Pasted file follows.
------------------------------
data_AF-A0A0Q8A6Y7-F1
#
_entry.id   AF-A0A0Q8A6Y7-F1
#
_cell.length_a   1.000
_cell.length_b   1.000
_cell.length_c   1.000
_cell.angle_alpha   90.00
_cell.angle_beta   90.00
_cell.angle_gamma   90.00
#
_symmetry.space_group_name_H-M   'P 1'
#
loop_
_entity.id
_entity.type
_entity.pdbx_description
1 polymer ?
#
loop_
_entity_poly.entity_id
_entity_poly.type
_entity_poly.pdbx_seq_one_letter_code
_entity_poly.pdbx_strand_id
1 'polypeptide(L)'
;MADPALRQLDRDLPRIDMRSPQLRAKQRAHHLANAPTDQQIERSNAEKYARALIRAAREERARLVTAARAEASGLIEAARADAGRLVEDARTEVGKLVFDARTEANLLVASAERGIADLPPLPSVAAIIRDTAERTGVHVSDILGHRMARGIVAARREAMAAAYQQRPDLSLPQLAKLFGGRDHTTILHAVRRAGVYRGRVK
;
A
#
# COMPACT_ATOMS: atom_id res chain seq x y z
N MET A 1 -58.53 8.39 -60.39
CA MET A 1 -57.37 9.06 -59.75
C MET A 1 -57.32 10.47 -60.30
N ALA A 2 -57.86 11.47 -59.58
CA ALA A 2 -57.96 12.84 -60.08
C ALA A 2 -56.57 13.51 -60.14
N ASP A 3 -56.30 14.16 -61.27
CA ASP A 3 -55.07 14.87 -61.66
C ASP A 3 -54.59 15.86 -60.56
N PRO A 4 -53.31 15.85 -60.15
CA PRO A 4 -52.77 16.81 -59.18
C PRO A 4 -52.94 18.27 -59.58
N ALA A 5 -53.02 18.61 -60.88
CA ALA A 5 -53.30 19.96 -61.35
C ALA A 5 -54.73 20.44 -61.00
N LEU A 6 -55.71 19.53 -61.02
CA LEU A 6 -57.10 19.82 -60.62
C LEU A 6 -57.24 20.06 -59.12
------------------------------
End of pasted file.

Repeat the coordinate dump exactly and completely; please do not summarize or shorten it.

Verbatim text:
data_AF-A0A0Q8A6Y7-F1
#
_entry.id   AF-A0A0Q8A6Y7-F1
#
_cell.length_a   1.000
_cell.length_b   1.000
_cell.length_c   1.000
_cell.angle_alpha   90.00
_cell.angle_beta   90.00
_cell.angle_gamma   90.00
#
_symmetry.space_group_name_H-M   'P 1'
#
loop_
_entity.id
_entity.type
_entity.pdbx_description
1 polymer ?
#
loop_
_entity_poly.entity_id
_entity_poly.type
_entity_poly.pdbx_seq_one_letter_code
_entity_poly.pdbx_strand_id
1 'polypeptide(L)'
;MADPALRQLDRDLPRIDMRSPQLRAKQRAHHLANAPTDQQIERSNAEKYARALIRAAREERARLVTAARAEASGLIEAARADAGRLVEDARTEVGKLVFDARTEANLLVASAERGIADLPPLPSVAAIIRDTAERTGVHVSDILGHRMARGIVAARREAMAAAYQQRPDLSLPQLAKLFGGRDHTTILHAVRRAGVYRGRVK
;
A
#
# COMPACT_ATOMS: atom_id res chain seq x y z
N MET A 1 -58.53 8.39 -60.39
CA MET A 1 -57.37 9.06 -59.75
C MET A 1 -57.32 10.47 -60.30
N ALA A 2 -57.86 11.47 -59.58
CA ALA A 2 -57.96 12.84 -60.08
C ALA A 2 -56.57 13.51 -60.14
N ASP A 3 -56.30 14.16 -61.27
CA ASP A 3 -55.07 14.87 -61.66
C ASP A 3 -54.59 15.86 -60.56
N PRO A 4 -53.31 15.85 -60.15
CA PRO A 4 -52.77 16.81 -59.18
C PRO A 4 -52.94 18.27 -59.58
N ALA A 5 -53.02 18.61 -60.88
CA ALA A 5 -53.30 19.96 -61.35
C ALA A 5 -54.73 20.44 -61.00
N LEU A 6 -55.71 19.53 -61.02
CA LEU A 6 -57.10 19.82 -60.62
C LEU A 6 -57.24 20.06 -59.12